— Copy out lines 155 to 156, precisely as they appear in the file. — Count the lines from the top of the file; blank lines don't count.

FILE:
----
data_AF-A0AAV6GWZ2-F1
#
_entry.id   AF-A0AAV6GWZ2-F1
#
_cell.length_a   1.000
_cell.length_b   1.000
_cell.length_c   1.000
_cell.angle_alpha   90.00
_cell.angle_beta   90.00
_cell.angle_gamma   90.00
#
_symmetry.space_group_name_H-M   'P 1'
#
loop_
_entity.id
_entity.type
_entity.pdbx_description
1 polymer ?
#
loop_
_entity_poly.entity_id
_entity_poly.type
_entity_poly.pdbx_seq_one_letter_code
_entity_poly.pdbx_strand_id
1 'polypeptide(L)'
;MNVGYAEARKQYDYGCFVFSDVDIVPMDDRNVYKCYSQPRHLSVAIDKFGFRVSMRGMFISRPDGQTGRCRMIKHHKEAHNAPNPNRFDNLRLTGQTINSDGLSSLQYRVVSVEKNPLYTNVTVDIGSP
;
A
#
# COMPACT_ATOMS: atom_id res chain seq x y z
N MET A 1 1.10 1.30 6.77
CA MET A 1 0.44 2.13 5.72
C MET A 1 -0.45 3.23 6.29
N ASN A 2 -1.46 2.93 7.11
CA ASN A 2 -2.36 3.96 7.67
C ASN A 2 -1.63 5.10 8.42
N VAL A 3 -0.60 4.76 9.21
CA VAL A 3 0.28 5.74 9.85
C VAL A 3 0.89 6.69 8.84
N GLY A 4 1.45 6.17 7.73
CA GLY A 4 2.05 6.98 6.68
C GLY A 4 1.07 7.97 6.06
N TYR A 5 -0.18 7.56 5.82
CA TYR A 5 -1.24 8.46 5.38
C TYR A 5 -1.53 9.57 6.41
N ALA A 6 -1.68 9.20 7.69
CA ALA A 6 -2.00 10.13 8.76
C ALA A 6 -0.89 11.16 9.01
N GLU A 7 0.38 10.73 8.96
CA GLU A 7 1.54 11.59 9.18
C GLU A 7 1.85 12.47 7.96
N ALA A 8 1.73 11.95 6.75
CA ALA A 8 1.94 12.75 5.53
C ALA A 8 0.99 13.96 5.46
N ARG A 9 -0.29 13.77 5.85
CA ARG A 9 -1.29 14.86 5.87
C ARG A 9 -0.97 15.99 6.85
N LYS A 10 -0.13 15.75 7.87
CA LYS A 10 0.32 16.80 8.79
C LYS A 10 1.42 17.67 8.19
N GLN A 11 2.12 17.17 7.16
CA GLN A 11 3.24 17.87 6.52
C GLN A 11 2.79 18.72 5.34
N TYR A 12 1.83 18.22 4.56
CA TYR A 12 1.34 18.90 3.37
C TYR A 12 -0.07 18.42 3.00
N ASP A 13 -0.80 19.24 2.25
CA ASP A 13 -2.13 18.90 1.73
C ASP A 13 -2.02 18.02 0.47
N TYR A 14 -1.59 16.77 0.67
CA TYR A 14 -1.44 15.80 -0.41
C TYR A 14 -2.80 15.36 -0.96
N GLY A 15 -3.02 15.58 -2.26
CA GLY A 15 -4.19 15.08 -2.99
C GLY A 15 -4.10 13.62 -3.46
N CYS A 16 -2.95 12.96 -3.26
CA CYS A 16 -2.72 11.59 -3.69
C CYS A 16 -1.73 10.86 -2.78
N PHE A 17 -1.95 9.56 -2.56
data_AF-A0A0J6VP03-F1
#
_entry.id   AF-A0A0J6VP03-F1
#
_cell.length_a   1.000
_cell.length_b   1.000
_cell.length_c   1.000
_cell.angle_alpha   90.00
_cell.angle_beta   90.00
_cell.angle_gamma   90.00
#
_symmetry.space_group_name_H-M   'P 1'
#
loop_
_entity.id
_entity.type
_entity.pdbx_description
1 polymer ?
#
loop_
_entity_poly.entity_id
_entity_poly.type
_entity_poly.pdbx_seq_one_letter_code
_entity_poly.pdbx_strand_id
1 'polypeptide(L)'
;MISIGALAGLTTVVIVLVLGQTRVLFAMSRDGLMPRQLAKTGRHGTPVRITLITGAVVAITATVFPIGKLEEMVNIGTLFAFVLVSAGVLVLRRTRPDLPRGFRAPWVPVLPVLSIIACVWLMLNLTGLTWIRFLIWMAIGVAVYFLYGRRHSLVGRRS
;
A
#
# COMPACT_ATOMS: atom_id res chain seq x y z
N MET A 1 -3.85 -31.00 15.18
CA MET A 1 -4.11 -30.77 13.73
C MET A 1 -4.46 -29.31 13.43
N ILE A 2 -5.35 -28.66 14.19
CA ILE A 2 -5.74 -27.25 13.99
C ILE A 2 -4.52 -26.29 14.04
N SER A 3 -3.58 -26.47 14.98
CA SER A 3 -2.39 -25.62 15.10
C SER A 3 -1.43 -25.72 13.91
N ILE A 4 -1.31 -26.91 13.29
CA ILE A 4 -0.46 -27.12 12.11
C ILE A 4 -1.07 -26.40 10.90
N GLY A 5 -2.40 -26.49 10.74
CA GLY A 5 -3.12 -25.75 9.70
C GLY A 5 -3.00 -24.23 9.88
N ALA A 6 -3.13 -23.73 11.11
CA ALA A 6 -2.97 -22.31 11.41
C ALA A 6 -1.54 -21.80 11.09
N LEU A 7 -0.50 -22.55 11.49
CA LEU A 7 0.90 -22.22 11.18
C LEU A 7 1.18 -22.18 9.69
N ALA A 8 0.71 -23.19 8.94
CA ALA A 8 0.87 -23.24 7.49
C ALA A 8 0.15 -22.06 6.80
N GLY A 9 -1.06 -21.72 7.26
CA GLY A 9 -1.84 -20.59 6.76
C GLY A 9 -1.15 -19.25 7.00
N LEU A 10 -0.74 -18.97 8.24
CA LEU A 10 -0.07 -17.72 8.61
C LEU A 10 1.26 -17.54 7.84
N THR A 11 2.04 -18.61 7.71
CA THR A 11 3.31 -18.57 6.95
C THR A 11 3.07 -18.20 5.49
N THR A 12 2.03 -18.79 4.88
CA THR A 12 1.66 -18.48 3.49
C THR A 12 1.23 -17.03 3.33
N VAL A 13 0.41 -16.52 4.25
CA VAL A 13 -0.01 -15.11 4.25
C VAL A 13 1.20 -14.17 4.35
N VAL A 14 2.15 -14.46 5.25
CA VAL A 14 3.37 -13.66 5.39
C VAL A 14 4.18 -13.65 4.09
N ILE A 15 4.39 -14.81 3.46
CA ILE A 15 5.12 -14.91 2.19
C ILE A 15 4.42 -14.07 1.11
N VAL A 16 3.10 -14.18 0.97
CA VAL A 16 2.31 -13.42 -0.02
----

N VAL A 16 3.10 -14.18 0.97
CA VAL A 16 2.31 -13.42 -0.02